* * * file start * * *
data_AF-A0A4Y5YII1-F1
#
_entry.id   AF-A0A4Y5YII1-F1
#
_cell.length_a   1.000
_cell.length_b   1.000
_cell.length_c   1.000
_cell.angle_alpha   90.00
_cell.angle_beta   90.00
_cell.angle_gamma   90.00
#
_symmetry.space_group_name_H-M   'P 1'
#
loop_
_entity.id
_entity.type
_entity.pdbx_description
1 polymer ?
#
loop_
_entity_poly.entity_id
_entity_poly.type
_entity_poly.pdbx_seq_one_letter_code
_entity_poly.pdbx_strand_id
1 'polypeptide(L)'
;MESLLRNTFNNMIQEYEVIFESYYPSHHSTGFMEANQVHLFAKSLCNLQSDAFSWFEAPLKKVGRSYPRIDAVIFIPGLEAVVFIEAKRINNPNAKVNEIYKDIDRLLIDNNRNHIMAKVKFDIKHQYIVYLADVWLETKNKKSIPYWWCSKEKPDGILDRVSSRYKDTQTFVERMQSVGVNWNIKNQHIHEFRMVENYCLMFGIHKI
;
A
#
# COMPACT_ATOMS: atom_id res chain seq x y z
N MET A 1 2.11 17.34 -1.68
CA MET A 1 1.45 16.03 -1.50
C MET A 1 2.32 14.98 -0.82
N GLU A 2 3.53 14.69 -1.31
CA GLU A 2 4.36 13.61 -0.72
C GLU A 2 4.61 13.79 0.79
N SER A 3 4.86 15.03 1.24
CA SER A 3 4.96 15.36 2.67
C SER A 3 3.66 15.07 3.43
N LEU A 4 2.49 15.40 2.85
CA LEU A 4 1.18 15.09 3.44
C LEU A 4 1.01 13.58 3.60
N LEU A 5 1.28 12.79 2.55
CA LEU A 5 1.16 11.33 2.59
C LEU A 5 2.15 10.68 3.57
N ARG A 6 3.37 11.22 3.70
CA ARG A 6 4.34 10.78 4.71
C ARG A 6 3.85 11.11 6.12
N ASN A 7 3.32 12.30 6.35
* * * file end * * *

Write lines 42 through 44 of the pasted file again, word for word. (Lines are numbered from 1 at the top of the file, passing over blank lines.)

C LEU A 4 1.01 13.58 3.60
N LEU A 5 1.28 12.79 2.55
CA LEU A 5 1.16 11.33 2.59